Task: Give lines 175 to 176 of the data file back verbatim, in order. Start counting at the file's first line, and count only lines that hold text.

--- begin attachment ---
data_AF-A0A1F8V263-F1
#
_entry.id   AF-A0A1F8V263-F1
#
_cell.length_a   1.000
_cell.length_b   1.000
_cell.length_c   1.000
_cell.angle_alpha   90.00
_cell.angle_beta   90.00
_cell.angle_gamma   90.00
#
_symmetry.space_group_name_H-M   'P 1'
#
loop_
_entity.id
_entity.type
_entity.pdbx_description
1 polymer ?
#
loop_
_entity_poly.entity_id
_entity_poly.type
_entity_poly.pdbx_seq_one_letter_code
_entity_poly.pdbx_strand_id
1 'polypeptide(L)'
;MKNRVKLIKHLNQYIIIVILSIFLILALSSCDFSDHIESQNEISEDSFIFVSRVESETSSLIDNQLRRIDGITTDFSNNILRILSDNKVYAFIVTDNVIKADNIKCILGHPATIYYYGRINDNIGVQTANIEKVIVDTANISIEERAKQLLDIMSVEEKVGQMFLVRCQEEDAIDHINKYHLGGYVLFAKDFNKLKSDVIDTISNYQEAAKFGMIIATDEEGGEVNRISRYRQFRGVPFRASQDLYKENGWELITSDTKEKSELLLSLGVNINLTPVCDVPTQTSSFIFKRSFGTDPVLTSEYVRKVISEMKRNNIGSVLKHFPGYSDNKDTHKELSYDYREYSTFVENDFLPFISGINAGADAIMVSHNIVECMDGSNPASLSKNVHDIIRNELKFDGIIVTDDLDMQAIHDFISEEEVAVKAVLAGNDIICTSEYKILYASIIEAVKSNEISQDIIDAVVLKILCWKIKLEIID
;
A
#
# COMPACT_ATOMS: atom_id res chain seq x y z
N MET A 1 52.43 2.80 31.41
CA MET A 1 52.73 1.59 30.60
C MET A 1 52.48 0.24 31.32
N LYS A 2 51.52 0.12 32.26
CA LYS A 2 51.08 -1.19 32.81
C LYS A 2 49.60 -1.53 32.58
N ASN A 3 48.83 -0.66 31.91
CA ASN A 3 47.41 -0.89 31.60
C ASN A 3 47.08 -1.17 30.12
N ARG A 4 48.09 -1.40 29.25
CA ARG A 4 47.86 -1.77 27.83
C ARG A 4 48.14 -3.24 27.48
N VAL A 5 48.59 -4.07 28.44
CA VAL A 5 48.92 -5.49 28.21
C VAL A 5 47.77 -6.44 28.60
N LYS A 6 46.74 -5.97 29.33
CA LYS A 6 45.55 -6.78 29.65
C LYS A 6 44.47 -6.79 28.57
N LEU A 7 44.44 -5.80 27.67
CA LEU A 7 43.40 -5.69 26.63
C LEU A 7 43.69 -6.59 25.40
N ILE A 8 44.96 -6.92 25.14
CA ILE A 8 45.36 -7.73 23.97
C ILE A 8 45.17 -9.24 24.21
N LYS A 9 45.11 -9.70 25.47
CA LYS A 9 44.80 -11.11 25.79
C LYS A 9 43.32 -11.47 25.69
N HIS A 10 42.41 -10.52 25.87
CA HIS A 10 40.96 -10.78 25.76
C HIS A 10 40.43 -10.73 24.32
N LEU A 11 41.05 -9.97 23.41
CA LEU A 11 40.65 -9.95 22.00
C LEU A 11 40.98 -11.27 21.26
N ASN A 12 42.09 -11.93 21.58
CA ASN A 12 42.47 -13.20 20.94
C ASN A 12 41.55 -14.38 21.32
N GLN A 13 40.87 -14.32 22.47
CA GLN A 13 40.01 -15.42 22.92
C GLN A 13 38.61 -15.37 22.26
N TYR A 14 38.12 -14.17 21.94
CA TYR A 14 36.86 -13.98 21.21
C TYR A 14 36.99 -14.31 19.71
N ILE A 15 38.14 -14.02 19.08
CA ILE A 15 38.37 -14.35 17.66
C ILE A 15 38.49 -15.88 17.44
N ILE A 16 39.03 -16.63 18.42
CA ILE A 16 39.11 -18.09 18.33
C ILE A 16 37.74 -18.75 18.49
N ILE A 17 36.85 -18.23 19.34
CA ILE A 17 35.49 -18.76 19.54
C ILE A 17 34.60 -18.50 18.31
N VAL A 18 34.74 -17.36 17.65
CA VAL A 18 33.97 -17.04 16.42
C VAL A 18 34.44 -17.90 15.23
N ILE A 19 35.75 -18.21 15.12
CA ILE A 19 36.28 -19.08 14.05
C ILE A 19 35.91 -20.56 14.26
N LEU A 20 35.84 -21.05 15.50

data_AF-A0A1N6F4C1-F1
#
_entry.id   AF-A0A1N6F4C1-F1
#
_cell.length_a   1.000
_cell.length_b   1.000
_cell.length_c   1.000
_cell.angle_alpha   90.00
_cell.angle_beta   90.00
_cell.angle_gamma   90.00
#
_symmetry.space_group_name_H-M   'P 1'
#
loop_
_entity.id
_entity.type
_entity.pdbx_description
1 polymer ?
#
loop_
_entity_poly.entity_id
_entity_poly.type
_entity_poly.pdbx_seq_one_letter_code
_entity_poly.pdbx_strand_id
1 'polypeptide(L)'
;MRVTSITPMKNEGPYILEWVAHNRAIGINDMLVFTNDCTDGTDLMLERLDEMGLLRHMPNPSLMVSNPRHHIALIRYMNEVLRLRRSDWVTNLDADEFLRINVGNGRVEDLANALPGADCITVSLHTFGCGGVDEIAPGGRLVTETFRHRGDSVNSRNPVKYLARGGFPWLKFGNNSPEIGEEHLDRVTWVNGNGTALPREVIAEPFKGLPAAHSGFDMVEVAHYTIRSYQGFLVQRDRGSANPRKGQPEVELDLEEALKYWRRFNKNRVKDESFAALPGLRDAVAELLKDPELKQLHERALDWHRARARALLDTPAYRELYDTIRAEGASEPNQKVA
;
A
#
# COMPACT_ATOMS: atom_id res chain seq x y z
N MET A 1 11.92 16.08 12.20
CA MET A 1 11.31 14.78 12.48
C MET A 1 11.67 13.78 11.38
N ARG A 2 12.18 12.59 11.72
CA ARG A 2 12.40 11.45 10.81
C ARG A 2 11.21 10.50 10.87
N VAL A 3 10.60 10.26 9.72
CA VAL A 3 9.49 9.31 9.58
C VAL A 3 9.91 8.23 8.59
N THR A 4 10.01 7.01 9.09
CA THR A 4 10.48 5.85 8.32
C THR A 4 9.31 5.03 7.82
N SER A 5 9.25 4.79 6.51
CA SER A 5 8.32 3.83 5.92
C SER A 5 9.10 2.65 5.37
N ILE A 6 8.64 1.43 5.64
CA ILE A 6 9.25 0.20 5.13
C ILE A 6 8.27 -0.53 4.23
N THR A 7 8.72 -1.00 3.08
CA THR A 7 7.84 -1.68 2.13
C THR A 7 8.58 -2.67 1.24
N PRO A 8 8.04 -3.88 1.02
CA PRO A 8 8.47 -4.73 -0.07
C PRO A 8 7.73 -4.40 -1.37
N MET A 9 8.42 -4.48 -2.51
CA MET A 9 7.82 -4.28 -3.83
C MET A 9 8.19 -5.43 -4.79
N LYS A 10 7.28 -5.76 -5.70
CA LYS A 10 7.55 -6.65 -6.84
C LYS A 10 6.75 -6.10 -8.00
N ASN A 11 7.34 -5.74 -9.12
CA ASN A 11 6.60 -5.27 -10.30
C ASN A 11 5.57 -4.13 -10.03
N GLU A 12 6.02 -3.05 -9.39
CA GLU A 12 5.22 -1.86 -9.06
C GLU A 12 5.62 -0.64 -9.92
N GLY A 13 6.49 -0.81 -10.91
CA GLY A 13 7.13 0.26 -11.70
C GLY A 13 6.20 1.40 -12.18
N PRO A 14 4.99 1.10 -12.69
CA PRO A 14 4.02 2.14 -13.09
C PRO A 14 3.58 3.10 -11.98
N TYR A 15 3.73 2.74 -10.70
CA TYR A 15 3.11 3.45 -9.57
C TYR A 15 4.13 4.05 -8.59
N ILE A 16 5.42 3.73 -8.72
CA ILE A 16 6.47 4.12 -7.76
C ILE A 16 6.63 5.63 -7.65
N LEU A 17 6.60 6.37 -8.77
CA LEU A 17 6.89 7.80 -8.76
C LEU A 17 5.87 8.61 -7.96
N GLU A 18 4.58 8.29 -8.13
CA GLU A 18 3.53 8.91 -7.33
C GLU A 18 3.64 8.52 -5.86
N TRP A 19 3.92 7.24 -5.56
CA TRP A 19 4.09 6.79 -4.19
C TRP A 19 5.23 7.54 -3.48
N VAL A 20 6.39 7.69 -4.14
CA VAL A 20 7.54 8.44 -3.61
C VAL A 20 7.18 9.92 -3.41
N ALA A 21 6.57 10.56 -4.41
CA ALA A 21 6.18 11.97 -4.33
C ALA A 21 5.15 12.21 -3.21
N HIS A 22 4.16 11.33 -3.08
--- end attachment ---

C TRP A 19 5.23 7.54 -3.48
N VAL A 20 6.39 7.69 -4.14